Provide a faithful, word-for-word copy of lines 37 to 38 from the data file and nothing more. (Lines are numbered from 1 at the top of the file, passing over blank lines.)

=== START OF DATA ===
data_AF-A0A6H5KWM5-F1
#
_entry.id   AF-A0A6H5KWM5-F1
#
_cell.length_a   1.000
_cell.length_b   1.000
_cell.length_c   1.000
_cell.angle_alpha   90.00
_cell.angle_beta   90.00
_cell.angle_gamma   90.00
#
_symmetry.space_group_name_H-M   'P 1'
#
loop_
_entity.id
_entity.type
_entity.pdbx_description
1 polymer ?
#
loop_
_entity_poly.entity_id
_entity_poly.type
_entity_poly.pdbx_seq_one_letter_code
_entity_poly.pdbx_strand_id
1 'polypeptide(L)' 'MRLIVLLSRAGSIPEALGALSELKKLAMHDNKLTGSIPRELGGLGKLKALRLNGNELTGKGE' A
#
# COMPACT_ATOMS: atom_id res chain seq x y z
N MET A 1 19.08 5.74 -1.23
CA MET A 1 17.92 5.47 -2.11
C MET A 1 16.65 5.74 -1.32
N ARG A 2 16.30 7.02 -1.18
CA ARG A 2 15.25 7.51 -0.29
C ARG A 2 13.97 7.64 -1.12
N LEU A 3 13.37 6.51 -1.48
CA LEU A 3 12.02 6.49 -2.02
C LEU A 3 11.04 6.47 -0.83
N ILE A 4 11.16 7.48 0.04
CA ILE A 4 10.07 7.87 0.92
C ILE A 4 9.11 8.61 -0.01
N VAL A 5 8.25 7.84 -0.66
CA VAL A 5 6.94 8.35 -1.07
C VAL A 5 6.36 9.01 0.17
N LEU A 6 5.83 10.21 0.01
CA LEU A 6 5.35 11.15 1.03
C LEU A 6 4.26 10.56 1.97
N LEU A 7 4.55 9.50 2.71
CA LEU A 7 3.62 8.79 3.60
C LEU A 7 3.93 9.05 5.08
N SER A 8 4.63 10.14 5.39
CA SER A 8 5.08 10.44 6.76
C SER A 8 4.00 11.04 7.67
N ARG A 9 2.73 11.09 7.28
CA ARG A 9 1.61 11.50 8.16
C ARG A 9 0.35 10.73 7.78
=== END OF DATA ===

N ILE A 4 11.16 7.48 0.04
CA ILE A 4 10.07 7.87 0.92